Uniform-cost search

  • Expand least-cost unexpanded node

  • Like breadth-first except always expand node of least cost instead of least depth (i.e. sort new queue by path cost).

  • Equivalent to breadth-first if step costs all equal

  • Do not recognize goal until it is the least cost node on the queue and removed for goal testing.

  • Guarantees optimality as long as path cost never decreases as a path increases (non-negative operator costs).



Uniform-cost search

  • Implementation:

  • fringe = queue ordered by path cost

  • Complete? Yes, if step cost ≥ ε

  • Time? # of nodes with g ≤ cost of optimal solution, O(bceiling(C*/ ε)) where C* is the cost of the optimal solution

  • Space? # of nodes with g ≤ cost of optimal solution, O(bceiling(C*/ ε))

  • Optimal? Yes – nodes expanded in increasing order of g(n)



Depth-first search (DFS)

  • Expand deepest unexpanded node

  • Always expand node at deepest level of the tree, i.e. one of the most recently generated nodes. When hit a dead-end, backtrack to last choice.

  • Implementation: LIFO queue, i.e., put new nodes to front of the queue



Properties of depth-first search

  • Complete? No: fails in infinite-depth spaces, spaces with loops

    • Modify to avoid repeated states along path
      •  complete in finite spaces
  • Time? O(bm): terrible if m is much larger than d

    • but if solutions are dense, may be much faster than breadth-first
  • Space? O(bm), i.e., linear space!

  • Optimal? No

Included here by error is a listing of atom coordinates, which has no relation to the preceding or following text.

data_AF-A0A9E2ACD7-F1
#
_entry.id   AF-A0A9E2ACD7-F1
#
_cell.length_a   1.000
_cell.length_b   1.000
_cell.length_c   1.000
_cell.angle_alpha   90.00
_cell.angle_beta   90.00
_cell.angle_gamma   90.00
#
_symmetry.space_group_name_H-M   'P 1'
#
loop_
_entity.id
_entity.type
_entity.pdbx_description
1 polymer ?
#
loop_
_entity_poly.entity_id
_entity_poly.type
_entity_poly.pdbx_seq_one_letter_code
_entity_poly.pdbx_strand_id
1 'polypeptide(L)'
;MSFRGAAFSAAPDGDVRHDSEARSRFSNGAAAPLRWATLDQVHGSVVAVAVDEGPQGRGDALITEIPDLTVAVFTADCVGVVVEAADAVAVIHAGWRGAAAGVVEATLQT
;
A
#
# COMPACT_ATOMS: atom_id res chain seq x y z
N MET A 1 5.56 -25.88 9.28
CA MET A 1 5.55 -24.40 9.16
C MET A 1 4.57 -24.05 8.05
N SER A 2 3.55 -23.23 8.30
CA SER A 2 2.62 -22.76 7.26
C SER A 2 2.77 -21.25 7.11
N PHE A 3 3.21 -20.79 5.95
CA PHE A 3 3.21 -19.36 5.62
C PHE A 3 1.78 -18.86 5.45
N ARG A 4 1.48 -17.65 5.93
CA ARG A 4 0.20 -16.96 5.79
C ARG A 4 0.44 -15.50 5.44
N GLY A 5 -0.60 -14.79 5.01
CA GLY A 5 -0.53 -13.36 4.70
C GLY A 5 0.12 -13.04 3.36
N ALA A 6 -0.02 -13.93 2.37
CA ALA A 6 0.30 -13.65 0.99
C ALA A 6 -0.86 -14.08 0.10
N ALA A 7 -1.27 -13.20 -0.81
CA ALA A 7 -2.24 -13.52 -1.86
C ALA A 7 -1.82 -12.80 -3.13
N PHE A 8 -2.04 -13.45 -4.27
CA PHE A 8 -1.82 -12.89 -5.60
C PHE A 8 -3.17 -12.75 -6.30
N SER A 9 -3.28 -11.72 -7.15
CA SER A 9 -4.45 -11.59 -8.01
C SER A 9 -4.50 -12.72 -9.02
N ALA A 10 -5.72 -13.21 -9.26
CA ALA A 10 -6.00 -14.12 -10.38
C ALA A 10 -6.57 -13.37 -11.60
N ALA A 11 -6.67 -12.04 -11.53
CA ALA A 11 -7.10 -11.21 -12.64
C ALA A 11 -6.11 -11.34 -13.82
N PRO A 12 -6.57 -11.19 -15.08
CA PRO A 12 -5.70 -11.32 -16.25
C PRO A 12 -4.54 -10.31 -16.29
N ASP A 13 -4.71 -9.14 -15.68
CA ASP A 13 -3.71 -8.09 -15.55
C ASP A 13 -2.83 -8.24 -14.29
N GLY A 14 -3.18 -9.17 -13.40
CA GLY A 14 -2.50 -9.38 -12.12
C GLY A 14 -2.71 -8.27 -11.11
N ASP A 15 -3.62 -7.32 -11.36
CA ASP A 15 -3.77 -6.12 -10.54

• Not guaranteed optimal since can find deeper solution before shallower ones explored.
  • :



Depth-limited search (DLS)

  • = depth-first search with depth limit l,

  • i.e., nodes at depth l have no successors

  • Recursive implementation:



Iterative deepening search



Iterative deepening search l =0



Iterative deepening search l =1



Iterative deepening search l =2



Iterative deepening search l =3



Iterative deepening search

  • Number of nodes generated in a depth-limited search to depth d with branching factor b:

  • NDLS = b0 + b1 + b2 + … + bd-2 + bd-1 + bd

  • Number of nodes generated in an iterative deepening search to depth d with branching factor b:

  • NIDS = (d+1)b0 + d b^1 + (d-1)b^2 + … + 3bd-2 +2bd-1 + 1bd

  • For b = 10, d = 5,

    • NDLS = 1 + 10 + 100 + 1,000 + 10,000 + 100,000 = 111,111
    • NIDS = 6 + 50 + 400 + 3,000 + 20,000 + 100,000 = 123,456
  • Overhead = (123,456 - 111,111)/111,111 = 11%



Properties of iterative deepening search

  • Complete? Yes

  • Time? (d+1)b0 + d b1 + (d-1)b2 + … + bd = O(bd)

  • Space? O(bd)

  • Optimal? Yes, if step cost = 1



Summary of algorithms



Repeated states

  • Failure to detect repeated states can turn a linear problem into an exponential one!



Repeated states

  • Three methods for reducing repeated work in order of effectiveness and computational overhead:

    • Do not follow self-loops (remove successors back to the same state).
    • Do no create paths with cycles (remove successors already on the path back to the root). O(d) overhead.
    • Do not generate any state that was already generated. Requires storing all generated states (O(b) space) and searching them (usually using a hash-table for efficiency).


Informed (Heuristic) Search



Heuristic Search

  • Heuristic or informed search exploits additional knowledge about the problem that helps direct search to more promising paths.

  • A heuristic function, h(n), provides an estimate of the cost of the path from a given node to the closest goal state.

  • Must be zero if node represents a goal state.

    • Example: Straight-line distance from current location to the goal location in a road navigation problem.
  • Many search problems are NP-complete so in the worst case still have exponential time complexity; however a good heuristic can:

    • Find a solution for an average problem efficiently.
    • Find a reasonably good but not optimal solution efficiently.